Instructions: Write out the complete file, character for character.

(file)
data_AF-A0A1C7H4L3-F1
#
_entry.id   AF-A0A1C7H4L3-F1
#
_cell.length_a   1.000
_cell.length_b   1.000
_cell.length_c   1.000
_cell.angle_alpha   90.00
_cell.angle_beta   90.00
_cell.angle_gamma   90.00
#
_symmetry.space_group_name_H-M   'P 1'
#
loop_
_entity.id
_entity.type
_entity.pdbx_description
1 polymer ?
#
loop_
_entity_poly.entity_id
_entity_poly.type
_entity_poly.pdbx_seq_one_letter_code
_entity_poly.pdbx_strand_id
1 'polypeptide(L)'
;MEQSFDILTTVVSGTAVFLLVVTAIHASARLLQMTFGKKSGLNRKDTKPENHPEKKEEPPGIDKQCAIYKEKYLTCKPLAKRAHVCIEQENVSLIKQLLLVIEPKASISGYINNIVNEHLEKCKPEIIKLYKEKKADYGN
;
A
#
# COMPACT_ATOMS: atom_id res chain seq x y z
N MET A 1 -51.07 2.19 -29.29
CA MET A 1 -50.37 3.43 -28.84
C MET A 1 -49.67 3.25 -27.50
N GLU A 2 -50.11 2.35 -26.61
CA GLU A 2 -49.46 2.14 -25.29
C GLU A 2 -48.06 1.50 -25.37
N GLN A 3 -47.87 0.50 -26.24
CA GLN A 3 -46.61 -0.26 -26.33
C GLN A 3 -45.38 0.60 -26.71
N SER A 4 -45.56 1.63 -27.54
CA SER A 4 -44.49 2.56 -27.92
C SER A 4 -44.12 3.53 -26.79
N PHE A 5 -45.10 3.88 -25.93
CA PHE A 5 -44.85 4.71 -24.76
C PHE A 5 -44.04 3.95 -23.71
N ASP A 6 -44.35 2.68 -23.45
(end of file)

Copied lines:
data_AF-A0A1C7H4L3-F1
#
_entry.id   AF-A0A1C7H4L3-F1
#
_cell.length_a   1.000
_cell.length_b   1.000
_cell.length_c   1.000
_cell.angle_alpha   90.00
_cell.angle_beta   90.00
_cell.angle_gamma   90.00
#
_symmetry.space_group_name_H-M   'P 1'
#
loop_
_entity.id
_entity.type
_entity.pdbx_description
1 polymer ?
#
loop_
_entity_poly.entity_id
_entity_poly.type
_entity_poly.pdbx_seq_one_letter_code
_entity_poly.pdbx_strand_id
1 'polypeptide(L)'
;MEQSFDILTTVVSGTAVFLLVVTAIHASARLLQMTFGKKSGLNRKDTKPENHPEKKEEPPGIDKQCAIYKEKYLTCKPLAKRAHVCIEQENVSLIKQLLLVIEPKASISGYINNIVNEHLEKCKPEIIKLYKEKKADYGN
;
A
#
# COMPACT_ATOMS: atom_id res chain seq x y z
N MET A 1 -51.07 2.19 -29.29
CA MET A 1 -50.37 3.43 -28.84
C MET A 1 -49.67 3.25 -27.50
N GLU A 2 -50.11 2.35 -26.61
CA GLU A 2 -49.46 2.14 -25.29
C GLU A 2 -48.06 1.50 -25.37
N GLN A 3 -47.87 0.50 -26.24
CA GLN A 3 -46.61 -0.26 -26.33
C GLN A 3 -45.38 0.60 -26.71
N SER A 4 -45.56 1.63 -27.54
CA SER A 4 -44.49 2.56 -27.92
C SER A 4 -44.12 3.53 -26.79
N PHE A 5 -45.10 3.88 -25.93
CA PHE A 5 -44.85 4.71 -24.76
C PHE A 5 -44.04 3.95 -23.71
N ASP A 6 -44.35 2.68 -23.45